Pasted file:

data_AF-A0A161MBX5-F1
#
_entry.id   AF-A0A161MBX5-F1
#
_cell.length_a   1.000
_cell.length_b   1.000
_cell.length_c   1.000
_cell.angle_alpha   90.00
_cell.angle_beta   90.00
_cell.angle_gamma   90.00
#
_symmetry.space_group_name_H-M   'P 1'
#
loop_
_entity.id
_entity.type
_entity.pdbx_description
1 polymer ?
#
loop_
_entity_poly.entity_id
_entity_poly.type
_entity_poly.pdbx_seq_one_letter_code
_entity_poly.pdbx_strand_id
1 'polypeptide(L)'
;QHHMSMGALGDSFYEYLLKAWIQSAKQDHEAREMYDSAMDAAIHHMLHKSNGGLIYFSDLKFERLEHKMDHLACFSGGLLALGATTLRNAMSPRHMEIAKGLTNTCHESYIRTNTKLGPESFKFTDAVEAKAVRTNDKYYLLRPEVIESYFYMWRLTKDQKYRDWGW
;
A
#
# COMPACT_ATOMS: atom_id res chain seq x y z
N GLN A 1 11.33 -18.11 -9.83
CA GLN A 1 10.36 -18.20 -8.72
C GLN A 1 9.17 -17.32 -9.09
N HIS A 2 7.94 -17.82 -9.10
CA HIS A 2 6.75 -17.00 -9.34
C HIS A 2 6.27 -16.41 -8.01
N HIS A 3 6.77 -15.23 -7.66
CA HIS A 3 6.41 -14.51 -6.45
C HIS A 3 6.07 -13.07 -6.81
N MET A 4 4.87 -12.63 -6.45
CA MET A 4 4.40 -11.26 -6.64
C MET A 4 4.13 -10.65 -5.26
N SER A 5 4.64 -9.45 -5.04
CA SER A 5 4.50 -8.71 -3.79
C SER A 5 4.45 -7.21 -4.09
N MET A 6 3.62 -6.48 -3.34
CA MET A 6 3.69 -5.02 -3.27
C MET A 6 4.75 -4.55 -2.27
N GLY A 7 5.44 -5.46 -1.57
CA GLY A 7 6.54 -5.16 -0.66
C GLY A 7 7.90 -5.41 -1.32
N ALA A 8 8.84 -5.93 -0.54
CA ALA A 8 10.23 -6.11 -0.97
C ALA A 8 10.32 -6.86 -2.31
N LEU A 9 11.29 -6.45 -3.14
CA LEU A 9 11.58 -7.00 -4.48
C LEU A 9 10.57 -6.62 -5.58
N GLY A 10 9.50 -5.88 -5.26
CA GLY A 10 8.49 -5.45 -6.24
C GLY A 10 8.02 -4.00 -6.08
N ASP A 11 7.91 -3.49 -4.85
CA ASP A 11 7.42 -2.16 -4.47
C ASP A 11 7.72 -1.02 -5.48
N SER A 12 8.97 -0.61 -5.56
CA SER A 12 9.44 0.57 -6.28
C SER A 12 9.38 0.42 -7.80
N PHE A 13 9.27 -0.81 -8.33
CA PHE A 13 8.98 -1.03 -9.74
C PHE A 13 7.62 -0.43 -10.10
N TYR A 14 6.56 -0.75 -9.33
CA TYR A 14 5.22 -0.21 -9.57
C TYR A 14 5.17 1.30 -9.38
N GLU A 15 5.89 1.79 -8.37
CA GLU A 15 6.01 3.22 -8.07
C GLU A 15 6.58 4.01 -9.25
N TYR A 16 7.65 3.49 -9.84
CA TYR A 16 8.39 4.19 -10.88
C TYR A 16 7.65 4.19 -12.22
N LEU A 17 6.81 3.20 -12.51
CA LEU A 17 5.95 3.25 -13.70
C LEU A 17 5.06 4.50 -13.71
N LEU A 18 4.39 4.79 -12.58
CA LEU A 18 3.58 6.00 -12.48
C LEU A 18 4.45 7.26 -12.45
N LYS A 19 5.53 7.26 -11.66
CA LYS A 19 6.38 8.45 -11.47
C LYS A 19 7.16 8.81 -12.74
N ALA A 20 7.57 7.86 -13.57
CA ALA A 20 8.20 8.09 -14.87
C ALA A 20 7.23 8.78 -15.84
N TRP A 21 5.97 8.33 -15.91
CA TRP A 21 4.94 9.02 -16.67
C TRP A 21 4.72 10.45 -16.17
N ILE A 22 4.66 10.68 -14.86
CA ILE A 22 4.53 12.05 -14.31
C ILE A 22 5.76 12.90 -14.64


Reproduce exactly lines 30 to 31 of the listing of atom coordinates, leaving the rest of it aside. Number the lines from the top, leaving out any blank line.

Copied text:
# COMPACT_ATOMS: atom_id res chain seq x y z
N GLN A 1 11.33 -18.11 -9.83